Thanks to my slacking at not writing a post earlier in the day and to the demands for more Errand Girl, I give you guys Chapter 3!
Chapter 1 can be found here
Chapter 2 can be found here
I’m guessing by now you’re wondering what my “services” equal. If you guessed they have something to do with my body and an exchange of fluids and money…Get your damn head out of the gutter! I’m seventeen and quite virginal, thank you very much. My business cards, if I had any, would read:
Ellie Weston, Errand Girl of the Undead
It started out simple enough; pick up dry cleaning, do some banking, making runs to the local blood bank, etc. As word spread, more requests came in and it became quite the booming business.
How did I get started? It was kind of a trade-off so I could live the life I wanted. My guardian Josiah, the man who raised me from infancy, was a vampire. Not just any vampire but the head of the local brood, sire of many. I was home schooled mostly by Josiah and Siobhan, my Bean-Tighe–aka faerie– nanny and housekeeper, until I was twelve. Puberty hit and so did the urge to be a “normal” girl. I fought to experience school and sleepovers and boys, although I didn’t mention the boy bit too often as it was always met with bared fangs. It was quite the battle including tears, a refusal to eat and the whole deal of switching my life schedule to be up during the day and sleep at night, the complete opposite of what I knew growing up with a vampire for a father. Josiah finally relented so long as I agreed to take over his daytime errand running. He had a human retainer, Charles, who had done his bidding for years but was getting on in age. Josiah thought it would be kind to release Charles from his servitude allowing him to live out his golden years in peace and the lap of luxury. My guardian was very generous to those who “worked” for him. I jumped at the chance and have been running the errand business ever since.
Josiah was my most regular customer but several other vampires in the brood and a handful of down unders: demons, weres, fae, warlocks and the likes, have come to me for all sorts of reasons. Mundane tasks like watering their lawns while they’re out of town and picking up their mail, to gathering items for hex bags and helping them break curses.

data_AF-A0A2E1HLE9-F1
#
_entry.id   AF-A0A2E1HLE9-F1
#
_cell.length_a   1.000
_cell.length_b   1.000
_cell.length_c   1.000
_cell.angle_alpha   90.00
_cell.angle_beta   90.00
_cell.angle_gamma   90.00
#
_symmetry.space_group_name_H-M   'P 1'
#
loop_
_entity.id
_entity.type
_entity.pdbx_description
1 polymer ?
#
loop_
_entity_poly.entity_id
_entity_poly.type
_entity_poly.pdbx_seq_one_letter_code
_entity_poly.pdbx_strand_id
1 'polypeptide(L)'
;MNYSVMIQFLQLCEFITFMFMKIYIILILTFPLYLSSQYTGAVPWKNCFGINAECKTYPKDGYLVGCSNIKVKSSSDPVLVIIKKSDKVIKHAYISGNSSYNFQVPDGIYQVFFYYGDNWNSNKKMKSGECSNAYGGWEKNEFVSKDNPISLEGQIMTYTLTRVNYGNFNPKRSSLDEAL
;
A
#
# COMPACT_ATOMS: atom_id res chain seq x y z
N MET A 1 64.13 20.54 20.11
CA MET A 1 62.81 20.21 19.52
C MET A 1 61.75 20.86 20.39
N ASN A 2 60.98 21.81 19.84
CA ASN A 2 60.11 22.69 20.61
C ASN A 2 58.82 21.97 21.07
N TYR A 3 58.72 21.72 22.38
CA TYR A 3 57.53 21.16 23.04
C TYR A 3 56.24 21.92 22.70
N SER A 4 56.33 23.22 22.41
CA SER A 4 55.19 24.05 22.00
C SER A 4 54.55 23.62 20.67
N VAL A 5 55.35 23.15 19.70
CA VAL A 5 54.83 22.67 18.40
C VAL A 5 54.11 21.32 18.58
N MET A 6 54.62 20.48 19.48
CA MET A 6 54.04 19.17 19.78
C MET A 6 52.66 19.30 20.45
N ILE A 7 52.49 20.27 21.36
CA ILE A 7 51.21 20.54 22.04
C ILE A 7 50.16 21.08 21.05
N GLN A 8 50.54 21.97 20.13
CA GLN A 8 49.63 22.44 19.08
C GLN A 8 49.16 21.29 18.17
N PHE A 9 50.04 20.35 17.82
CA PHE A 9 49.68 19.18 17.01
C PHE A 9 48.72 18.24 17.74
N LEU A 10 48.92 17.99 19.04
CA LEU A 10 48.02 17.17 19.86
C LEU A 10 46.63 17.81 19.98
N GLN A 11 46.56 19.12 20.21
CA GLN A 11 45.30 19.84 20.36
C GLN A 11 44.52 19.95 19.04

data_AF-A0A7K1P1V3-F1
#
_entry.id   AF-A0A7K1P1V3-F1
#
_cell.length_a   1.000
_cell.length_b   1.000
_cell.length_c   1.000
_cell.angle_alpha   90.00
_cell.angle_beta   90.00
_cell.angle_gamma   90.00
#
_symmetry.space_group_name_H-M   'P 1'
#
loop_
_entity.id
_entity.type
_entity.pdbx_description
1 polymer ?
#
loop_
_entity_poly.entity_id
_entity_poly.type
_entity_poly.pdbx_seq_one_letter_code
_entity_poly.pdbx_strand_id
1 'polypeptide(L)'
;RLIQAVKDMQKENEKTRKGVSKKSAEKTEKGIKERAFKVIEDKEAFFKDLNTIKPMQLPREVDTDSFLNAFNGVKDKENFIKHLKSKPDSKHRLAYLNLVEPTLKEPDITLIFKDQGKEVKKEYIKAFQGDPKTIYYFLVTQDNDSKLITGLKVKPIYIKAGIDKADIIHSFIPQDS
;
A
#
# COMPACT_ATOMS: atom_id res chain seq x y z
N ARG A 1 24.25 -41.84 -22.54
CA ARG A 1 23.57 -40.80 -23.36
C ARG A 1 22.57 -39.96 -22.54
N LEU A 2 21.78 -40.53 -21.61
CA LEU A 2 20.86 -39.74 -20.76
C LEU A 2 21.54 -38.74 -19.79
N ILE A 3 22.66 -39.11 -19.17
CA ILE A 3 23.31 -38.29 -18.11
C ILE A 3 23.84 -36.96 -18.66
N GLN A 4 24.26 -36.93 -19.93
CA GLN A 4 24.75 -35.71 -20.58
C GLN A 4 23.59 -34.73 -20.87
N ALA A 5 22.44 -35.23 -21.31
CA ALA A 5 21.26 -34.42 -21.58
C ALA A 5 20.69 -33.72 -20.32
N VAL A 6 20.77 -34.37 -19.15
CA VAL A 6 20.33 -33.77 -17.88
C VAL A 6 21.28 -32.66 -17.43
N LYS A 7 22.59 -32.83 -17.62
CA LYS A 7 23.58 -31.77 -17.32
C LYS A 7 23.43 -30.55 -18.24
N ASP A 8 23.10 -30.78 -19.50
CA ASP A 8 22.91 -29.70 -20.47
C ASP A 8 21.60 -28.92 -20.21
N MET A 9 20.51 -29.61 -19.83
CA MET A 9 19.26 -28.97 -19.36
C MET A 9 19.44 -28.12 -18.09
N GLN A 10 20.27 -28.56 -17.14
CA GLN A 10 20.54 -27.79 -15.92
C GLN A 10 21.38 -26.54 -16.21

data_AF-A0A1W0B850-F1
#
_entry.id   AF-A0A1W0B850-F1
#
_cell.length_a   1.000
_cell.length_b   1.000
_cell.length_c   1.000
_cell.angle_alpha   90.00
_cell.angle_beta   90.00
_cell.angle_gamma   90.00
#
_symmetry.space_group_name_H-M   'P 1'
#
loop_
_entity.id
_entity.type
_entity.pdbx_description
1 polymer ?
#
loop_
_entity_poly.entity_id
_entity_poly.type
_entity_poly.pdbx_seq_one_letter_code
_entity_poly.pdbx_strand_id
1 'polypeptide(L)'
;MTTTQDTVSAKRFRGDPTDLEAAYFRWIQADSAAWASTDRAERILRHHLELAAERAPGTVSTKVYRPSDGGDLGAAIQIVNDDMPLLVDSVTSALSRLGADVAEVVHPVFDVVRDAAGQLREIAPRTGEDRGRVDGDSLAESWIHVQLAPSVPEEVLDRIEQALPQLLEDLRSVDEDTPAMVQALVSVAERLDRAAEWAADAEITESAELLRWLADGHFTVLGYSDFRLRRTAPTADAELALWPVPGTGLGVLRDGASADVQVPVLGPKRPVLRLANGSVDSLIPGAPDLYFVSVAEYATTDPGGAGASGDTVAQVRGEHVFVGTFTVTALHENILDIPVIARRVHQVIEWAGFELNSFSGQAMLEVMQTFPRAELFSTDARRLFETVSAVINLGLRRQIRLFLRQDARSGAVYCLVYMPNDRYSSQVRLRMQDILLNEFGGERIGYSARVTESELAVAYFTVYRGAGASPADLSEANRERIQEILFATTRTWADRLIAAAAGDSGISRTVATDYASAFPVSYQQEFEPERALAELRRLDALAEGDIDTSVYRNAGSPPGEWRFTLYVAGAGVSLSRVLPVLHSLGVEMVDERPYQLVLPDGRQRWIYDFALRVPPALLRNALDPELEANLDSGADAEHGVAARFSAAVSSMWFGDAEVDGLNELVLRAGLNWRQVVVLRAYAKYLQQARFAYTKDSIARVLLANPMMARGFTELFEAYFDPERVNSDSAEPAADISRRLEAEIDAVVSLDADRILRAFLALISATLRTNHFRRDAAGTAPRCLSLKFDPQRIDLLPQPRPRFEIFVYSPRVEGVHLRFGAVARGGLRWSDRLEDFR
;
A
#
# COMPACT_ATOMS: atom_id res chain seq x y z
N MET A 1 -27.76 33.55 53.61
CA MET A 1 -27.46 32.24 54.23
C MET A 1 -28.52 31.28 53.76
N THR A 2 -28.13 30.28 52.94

As the jobs got potentially more dangerous Josiah insisted on upping my “training.” Since I was small I was taught several kinds of martial arts, some basic magic and spell casting not to mention a few of the dark arts. He knew that he couldn’t protect me during the daylight hours so he reassured himself by making sure I could handle my own. My classmates would be surprised to find I could kill them with a paperclip as easily as I could with a gun.
The summer was really busy work wise since I didn’t have school or homework to hold me back but things were always harder when classes started up again. I tended to miss class often but always kept my grades up so no one made much of a fuss. Thankfully.
My customers kept me rolling in brand names and all the books I could carry. My services were not cheap. The repeat business was booming, but then again, it was hard for most of them to find good help when a majority of the world had no idea of their existence.
It’s not a bad gig and kept life exciting. The only real negative, besides possibly getting on the bad side of some dangerous “people”, was that it was next to impossible to have any kind of social life when I had errands to run. Something Josiah probably knew going into the deal but neglected to tell me about. Hard to explain to friends that I couldn’t go to a movie because I had to collect grave dirt by the light of the three quarter moon or clip the hair off of someone’s yappy dog in order to make a voodoo doll. Not to mention the whole “Oh no, you can’t come to my house and meet my family. They might literally want you for dinner” thing.
Even though my life had its challenges, I wouldn’t change any of it. I enjoyed a more interesting childhood than most and knew a lot about the world, thanks to stories I dragged out of those who had lived for centuries. I’m allowed into a world most don’t know existed and I’m welcomed with open arms, by the majority anyway. Things kept me on my toes and I enjoyed the danger and the quiet mundane days equally. It wasn’t a bad life to lead.